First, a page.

The act of reading ... begins on a flat surface, counter or page, and then gets stirred and chopped and blended until what we make, in the end, is a dish, or story, all our own.
— Adam Gopnik

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June 12, 2010

No one can resist the charm of such a mystery.

One of my favorite 'follows' on Twitter (there's a word - followers - for the people who follow you, but what do you call the people you follow?) is @AustenQuotes, a daily quote from one of her books or letters.  This one (from Persuasion, apparently ... I Googled it ... and referring to the mysterious Mr. Eliot) came the other day, while I was snugly reading Aunt Dimity Down Under, by Nancy Atherton.   I read modern fiction, classic fiction, biographies, some nonfiction, some essays, memoirs, cookbooks and food writing, and even some chick lit, but I love mysteries, especially series mysteries. Sometime it would be fun to try to list all the series I follow (or followed) many would there be? A lot.  Many, many hours of cozy, comfortable pleasure.

But after this book, I turned to Willa Cather, an author I've never read before. (Not quite right. I've never read any of her novels or stories. I did read a book of essays, Not Under Forty, several years ago.) I was prompted to read Death Comes for the Archbishop because Karen of Cornflower Books, one of the reading blogs I've started following, is hosting a group reading starting next Saturday. So I'll wait to comment on the book, but it was wonderful. Completely different in subject matter from something I would have picked up on my own, and still I found myself wanting to spend as much time as possible with this book.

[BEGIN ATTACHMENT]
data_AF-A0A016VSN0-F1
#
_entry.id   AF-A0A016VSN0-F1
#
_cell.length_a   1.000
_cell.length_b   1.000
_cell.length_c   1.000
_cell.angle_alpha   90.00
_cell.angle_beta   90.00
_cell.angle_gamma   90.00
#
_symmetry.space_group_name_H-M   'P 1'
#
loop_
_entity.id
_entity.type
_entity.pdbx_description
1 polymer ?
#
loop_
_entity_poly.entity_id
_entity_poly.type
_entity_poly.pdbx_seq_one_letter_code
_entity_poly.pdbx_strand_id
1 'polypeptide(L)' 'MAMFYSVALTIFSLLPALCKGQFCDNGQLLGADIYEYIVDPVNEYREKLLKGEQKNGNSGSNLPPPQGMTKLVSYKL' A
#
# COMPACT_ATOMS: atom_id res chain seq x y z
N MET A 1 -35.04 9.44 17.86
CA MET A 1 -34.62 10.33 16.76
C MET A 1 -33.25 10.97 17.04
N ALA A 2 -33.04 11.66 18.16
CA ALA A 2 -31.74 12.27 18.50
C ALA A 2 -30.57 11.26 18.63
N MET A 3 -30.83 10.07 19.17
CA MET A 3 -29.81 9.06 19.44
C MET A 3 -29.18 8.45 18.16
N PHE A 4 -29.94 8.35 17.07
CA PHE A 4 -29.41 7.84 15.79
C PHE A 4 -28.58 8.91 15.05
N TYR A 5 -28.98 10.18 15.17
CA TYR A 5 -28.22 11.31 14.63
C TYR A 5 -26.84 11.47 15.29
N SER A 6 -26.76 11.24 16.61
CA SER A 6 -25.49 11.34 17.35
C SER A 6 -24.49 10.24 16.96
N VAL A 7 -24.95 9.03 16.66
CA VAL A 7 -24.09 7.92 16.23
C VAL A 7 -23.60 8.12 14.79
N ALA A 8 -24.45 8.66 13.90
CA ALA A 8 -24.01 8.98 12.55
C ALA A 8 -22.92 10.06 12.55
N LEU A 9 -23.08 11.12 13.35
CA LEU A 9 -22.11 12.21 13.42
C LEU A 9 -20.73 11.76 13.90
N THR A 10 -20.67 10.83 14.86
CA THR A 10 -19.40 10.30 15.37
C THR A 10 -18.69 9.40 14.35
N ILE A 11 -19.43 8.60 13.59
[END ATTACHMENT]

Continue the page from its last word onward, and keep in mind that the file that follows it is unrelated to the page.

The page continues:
On the other hand, Wish Her Safe at Home was overdue at the library, and although I think 15 cents a day is a small price to pay for finishing a good book, I just couldn't get into this one.  I think I'm just in the mood now for contemporary (or quirky) fiction. I might try it again, though.

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